For many years, Balance Scorecard Institute’s Terry Sterling has worked across different industries helping a variety of organisations in the development of their strategies. He identifies three common challenges they face in the execution stage, namely the absence of real-time visibility into performance indicators and strategic goal-achieving progress, the ineffective use of resources causing numerous project delays and late deliveries, and the challenges in identifying patterns and trends in massive volumes of data.
It is crucial to be able to accurately establish objectives and associated Key Performance Indicators (KPIs) used to measure strategy to successfully overcome these difficulties. The possibility of success for an organisation is completely non-existent if these factors are not correctly established and integrated into their plan. Aligning objectives and strategic goals across all business units and divisions that may be present inside the organisation is the second component of this equation.
Adding AI to the Equation
Oftentimes, businesses miss the window of relevance when trying to interpret the sheer amount of data they have collected. They don’t know what to do with it, or they leave it on the backburner until the need is blindingly evident. AI is groundbreaking in gathering and analysing enormous volumes of data, much more than is humanly possible.
AI can automate the collection and analysis of KPI data with exacting accuracy and timeliness. This data can then be used by AI to generate predictive insights, helping organisations anticipate future trends and make proactive decisions. Thus, organisations can anticipate changes and adapt their strategy execution accordingly. When potential risks are identified and solutions are provided to mitigate them, businesses can achieve resilience in execution process.
Moreover, AI can provide a more in-depth understanding of the relationship between different KPIs. It can uncover correlations and patterns that may not be apparent to the human eye. This can reveal new opportunities for improvement and help organisations to fine-tune their objectives and strategy execution.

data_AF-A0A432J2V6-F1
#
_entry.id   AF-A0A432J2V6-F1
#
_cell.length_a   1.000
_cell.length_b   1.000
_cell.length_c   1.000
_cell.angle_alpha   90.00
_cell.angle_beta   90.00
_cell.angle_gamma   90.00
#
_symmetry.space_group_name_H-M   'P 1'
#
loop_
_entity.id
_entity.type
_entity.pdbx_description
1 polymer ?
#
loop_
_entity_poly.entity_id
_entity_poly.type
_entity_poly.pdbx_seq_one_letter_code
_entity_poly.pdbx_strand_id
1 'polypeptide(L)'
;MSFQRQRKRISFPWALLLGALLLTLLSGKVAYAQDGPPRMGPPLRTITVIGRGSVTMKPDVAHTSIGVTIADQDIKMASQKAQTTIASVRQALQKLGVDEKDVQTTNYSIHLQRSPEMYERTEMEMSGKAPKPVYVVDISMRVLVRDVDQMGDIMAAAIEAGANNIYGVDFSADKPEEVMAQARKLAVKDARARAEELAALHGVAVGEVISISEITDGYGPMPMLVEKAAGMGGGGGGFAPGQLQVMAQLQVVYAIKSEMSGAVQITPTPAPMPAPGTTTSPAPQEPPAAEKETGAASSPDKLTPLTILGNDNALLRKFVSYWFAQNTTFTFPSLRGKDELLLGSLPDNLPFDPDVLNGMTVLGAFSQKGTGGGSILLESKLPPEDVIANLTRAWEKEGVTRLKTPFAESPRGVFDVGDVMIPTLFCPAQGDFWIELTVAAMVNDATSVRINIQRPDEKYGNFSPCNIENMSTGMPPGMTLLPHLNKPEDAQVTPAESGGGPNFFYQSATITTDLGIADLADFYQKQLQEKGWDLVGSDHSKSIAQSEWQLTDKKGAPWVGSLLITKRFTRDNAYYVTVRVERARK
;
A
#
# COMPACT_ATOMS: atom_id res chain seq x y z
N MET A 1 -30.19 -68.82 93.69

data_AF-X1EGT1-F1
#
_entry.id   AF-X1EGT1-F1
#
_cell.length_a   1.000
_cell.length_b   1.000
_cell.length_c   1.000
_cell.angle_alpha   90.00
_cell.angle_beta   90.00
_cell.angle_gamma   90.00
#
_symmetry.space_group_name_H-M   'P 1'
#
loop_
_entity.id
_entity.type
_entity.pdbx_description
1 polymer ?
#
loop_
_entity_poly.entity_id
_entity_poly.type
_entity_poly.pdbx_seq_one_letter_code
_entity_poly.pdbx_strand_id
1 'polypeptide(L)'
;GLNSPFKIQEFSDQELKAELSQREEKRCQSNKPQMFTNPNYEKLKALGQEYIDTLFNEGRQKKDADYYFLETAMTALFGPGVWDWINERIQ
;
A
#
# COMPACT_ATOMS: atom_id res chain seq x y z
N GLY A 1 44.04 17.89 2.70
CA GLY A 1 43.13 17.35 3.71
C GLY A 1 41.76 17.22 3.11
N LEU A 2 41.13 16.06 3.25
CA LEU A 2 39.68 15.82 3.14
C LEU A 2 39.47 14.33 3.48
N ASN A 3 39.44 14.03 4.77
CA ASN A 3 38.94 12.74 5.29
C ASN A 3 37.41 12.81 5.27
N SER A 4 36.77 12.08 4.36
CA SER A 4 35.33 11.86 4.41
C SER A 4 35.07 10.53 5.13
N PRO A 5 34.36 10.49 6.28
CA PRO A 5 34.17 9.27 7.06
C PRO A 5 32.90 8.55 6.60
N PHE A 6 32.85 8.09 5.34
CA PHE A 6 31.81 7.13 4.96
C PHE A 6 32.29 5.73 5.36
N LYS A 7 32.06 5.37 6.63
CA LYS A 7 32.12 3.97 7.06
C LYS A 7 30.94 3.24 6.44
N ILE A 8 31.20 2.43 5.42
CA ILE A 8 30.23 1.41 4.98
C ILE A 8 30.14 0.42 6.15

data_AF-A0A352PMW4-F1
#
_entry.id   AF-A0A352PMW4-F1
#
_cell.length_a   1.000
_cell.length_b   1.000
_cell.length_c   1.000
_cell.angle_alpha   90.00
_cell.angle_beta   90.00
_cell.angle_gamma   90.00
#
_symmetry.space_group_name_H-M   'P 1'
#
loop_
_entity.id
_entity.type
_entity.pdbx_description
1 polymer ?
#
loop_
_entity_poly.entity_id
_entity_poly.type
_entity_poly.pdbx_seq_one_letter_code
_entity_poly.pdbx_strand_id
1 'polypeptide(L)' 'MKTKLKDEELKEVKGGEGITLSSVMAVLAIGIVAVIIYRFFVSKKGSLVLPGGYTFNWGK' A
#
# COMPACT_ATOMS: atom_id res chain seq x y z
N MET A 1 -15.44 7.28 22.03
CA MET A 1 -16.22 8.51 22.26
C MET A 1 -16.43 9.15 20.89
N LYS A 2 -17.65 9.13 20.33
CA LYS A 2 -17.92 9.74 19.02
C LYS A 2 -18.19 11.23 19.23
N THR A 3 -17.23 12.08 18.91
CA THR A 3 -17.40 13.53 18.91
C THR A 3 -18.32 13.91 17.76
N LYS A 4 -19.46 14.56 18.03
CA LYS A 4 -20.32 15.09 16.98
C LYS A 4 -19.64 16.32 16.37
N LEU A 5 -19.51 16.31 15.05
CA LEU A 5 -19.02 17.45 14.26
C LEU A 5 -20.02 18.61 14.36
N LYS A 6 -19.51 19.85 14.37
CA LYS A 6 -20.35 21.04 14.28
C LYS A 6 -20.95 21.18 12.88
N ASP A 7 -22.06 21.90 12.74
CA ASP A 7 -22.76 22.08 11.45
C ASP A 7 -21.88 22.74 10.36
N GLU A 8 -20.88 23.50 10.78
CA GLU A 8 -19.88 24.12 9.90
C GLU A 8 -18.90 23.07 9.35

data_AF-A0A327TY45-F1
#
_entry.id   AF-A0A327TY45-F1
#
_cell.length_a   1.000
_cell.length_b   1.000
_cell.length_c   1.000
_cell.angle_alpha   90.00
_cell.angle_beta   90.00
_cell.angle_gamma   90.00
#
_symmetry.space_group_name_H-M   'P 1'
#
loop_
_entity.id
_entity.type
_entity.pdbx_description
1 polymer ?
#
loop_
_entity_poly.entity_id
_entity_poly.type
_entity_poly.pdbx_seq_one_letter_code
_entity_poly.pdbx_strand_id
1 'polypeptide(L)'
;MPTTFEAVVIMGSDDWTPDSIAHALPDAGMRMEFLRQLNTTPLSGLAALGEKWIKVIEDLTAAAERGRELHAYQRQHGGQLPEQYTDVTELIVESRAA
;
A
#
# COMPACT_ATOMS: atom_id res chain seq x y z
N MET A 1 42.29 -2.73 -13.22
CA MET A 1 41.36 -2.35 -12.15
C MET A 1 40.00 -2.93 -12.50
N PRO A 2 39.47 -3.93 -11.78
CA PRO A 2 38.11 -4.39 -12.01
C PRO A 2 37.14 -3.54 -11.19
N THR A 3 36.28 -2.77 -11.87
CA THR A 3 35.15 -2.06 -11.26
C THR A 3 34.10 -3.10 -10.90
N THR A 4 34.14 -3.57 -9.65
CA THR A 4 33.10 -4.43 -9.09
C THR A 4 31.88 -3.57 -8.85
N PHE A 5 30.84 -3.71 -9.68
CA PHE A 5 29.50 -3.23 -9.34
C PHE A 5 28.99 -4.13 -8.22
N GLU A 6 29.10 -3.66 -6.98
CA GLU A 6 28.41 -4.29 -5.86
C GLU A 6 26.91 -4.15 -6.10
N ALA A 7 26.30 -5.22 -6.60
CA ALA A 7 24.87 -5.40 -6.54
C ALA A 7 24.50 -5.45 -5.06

AI can also provide real-time visibility into resource allocation. It can monitor the budgeting of resources and track their usage, providing organisations with up-to-date information on whether resources are being managed effectively. AI can also consider the significance of various strategic initiatives, the accessibility of resources, and their prospective risks and benefits. This can ensure that their strategy execution is on track.
Siemen’s AI-Driven Strategic Execution
Like many other businesses, Siemens AG, a global powerhouse in energy, healthcare, and infrastructure solutions, encounters the three problems listed above. To deal with them, the organisation put in place an AI-driven strategy execution plan. In the first stage in the plan, they reviewed objectives and KPIs to make sure they were accurate and essential to promoting organisational success. They achieved this by combining internal and external data to determine which KPIs and targets were most pertinent to the organisation’s strategy.
The algorithms were employed to find patterns and trends in the data and give real-time insights on performance metrics and progress with objectives. The AI algorithms found places where the company wasn’t achieving its desired strategic goals and offered suggestions for better performance.
Hanna Henig, Siemen’s CIO, emphasised that digitalisation requires a cultural change in the organisation. How successfully, how swiftly, and how adaptably can a business shape this change? Carrying out surveys on AI literacy within the organisation and junction-making workshops to correct misconceptions and elevate skills was a crucial determinant of their implementation viability.
As it can be challenging to determine the exact financial impact of projects powered by AI, many organisations may be reluctant to adopt it. After all, imposing AI with unready employees, with no heed to its true value and place in the grander strategy scheme would be a waste of resources.
Pilot an AI-assisted project with just one division first. Assess internal talent to see if contacting external expertise is more worthwhile. Allow ample time for training and experimentation, such that you build it into the company’s culture.
Ensure that your company has a robust data governance framework in place, as AI relies heavily on data. Organisations need to ensure that their use of AI is transparent and accountable, and that it respects privacy and data protection laws. Don’t be swayed purely by its trendiness.
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